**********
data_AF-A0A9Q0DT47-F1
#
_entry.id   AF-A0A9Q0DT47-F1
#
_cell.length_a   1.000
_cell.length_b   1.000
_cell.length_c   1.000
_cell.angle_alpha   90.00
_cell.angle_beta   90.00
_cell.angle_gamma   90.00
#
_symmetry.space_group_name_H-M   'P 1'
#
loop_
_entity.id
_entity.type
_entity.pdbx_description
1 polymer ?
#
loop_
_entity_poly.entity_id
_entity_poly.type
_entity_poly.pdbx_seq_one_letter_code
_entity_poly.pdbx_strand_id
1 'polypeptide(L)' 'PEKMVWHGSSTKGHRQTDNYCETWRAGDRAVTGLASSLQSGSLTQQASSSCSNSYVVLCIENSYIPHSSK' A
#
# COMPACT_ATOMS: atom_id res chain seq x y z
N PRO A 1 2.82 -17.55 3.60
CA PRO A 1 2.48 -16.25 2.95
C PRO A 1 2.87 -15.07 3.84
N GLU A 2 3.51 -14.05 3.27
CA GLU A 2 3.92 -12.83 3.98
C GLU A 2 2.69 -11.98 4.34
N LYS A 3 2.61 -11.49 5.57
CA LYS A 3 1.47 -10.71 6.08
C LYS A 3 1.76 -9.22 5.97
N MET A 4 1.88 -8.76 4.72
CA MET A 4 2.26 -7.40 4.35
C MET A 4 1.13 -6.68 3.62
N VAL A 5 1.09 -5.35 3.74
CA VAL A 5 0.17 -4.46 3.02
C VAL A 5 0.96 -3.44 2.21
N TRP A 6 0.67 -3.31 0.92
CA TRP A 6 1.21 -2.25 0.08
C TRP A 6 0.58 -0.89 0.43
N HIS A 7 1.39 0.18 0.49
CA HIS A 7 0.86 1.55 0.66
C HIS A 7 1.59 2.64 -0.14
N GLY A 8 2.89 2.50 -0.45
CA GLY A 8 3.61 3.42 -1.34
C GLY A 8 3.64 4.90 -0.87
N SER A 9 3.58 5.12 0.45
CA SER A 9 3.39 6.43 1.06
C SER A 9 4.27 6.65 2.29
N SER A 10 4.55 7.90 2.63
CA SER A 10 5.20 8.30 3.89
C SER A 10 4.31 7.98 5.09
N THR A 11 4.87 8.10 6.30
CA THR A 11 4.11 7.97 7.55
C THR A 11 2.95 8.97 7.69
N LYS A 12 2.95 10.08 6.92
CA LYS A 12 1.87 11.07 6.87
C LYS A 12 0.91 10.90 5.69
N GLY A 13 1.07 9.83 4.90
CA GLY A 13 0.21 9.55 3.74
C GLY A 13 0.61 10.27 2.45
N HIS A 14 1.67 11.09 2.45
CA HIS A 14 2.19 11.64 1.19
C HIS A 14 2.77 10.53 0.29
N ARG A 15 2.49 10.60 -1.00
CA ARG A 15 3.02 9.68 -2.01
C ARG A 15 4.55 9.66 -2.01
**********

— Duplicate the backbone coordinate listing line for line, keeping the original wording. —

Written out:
data_AF-A0A9Q0DT47-F1
#
_entry.id   AF-A0A9Q0DT47-F1
#
_cell.length_a   1.000
_cell.length_b   1.000
_cell.length_c   1.000
_cell.angle_alpha   90.00
_cell.angle_beta   90.00
_cell.angle_gamma   90.00
#
_symmetry.space_group_name_H-M   'P 1'
#
loop_
_entity.id
_entity.type
_entity.pdbx_description
1 polymer ?
#
loop_
_entity_poly.entity_id
_entity_poly.type
_entity_poly.pdbx_seq_one_letter_code
_entity_poly.pdbx_strand_id
1 'polypeptide(L)' 'PEKMVWHGSSTKGHRQTDNYCETWRAGDRAVTGLASSLQSGSLTQQASSSCSNSYVVLCIENSYIPHSSK' A
#
# COMPACT_ATOMS: atom_id res chain seq x y z
N PRO A 1 2.82 -17.55 3.60
CA PRO A 1 2.48 -16.25 2.95
C PRO A 1 2.87 -15.07 3.84
N GLU A 2 3.51 -14.05 3.27
CA GLU A 2 3.92 -12.83 3.98
C GLU A 2 2.69 -11.98 4.34
N LYS A 3 2.61 -11.49 5.57
CA LYS A 3 1.47 -10.71 6.08
C LYS A 3 1.76 -9.22 5.97
N MET A 4 1.88 -8.76 4.72
CA MET A 4 2.26 -7.40 4.35
C MET A 4 1.13 -6.68 3.62
N VAL A 5 1.09 -5.35 3.74
CA VAL A 5 0.17 -4.46 3.02
C VAL A 5 0.96 -3.44 2.21
N TRP A 6 0.67 -3.31 0.92
CA TRP A 6 1.21 -2.25 0.08
C TRP A 6 0.58 -0.89 0.43
N HIS A 7 1.39 0.18 0.49
CA HIS A 7 0.86 1.55 0.66
C HIS A 7 1.59 2.64 -0.14
N GLY A 8 2.89 2.50 -0.45
CA GLY A 8 3.61 3.42 -1.34
C GLY A 8 3.64 4.90 -0.87
N SER A 9 3.58 5.12 0.45
CA SER A 9 3.39 6.43 1.06
C SER A 9 4.27 6.65 2.29
N SER A 10 4.55 7.90 2.63
CA SER A 10 5.20 8.30 3.89
C SER A 10 4.31 7.98 5.09
N THR A 11 4.87 8.10 6.30
CA THR A 11 4.11 7.97 7.55
C THR A 11 2.95 8.97 7.69
N LYS A 12 2.95 10.08 6.92
CA LYS A 12 1.87 11.07 6.87
C LYS A 12 0.91 10.90 5.69
N GLY A 13 1.07 9.83 4.90
CA GLY A 13 0.21 9.55 3.74
C GLY A 13 0.61 10.27 2.45
N HIS A 14 1.67 11.09 2.45
CA HIS A 14 2.19 11.64 1.19
C HIS A 14 2.77 10.53 0.29
N ARG A 15 2.49 10.60 -1.00
CA ARG A 15 3.02 9.68 -2.01
C ARG A 15 4.55 9.66 -2.01